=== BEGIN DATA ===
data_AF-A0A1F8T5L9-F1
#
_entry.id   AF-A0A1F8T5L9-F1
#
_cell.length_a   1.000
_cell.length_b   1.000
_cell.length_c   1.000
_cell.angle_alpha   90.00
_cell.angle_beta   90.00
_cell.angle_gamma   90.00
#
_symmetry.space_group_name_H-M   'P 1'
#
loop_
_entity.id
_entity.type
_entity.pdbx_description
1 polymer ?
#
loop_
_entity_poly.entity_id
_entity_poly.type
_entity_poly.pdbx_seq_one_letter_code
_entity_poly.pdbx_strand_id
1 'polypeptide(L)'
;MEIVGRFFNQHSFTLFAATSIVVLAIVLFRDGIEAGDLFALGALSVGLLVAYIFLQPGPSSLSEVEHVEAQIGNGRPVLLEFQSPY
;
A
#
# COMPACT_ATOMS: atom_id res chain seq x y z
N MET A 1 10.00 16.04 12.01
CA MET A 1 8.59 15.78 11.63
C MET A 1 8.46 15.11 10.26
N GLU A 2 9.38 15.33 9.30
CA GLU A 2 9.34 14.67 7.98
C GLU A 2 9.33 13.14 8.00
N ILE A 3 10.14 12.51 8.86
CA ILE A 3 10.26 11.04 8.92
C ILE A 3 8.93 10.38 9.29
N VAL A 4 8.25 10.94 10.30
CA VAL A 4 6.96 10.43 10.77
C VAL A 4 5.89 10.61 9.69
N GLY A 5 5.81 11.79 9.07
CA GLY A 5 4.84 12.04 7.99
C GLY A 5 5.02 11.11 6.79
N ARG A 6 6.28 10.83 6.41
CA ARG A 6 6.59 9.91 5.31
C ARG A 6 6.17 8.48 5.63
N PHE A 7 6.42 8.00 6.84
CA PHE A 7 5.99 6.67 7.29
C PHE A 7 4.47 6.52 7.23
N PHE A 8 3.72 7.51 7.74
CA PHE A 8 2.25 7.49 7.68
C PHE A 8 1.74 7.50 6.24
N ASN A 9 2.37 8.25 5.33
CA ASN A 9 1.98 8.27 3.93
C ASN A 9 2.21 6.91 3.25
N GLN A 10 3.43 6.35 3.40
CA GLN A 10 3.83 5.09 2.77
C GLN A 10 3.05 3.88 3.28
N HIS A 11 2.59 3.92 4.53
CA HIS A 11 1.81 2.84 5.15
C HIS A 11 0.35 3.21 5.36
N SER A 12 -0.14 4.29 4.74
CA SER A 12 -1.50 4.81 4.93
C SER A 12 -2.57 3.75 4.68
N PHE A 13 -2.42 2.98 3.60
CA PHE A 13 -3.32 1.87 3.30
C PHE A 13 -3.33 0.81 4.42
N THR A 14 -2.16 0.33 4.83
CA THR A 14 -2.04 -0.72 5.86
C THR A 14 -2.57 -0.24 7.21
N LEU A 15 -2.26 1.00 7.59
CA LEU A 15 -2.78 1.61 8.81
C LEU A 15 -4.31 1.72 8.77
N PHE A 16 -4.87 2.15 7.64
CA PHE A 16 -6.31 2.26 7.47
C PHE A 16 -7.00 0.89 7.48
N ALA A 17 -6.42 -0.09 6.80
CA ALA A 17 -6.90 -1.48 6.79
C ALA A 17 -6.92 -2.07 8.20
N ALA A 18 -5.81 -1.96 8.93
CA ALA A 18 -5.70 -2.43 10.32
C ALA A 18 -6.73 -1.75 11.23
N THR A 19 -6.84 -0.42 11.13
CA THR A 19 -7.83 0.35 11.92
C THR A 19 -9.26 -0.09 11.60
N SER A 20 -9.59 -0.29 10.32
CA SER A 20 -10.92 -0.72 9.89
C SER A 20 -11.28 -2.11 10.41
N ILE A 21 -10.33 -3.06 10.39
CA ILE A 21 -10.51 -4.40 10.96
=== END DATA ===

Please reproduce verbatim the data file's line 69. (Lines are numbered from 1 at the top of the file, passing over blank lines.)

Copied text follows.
C PHE A 13 -3.33 0.81 4.42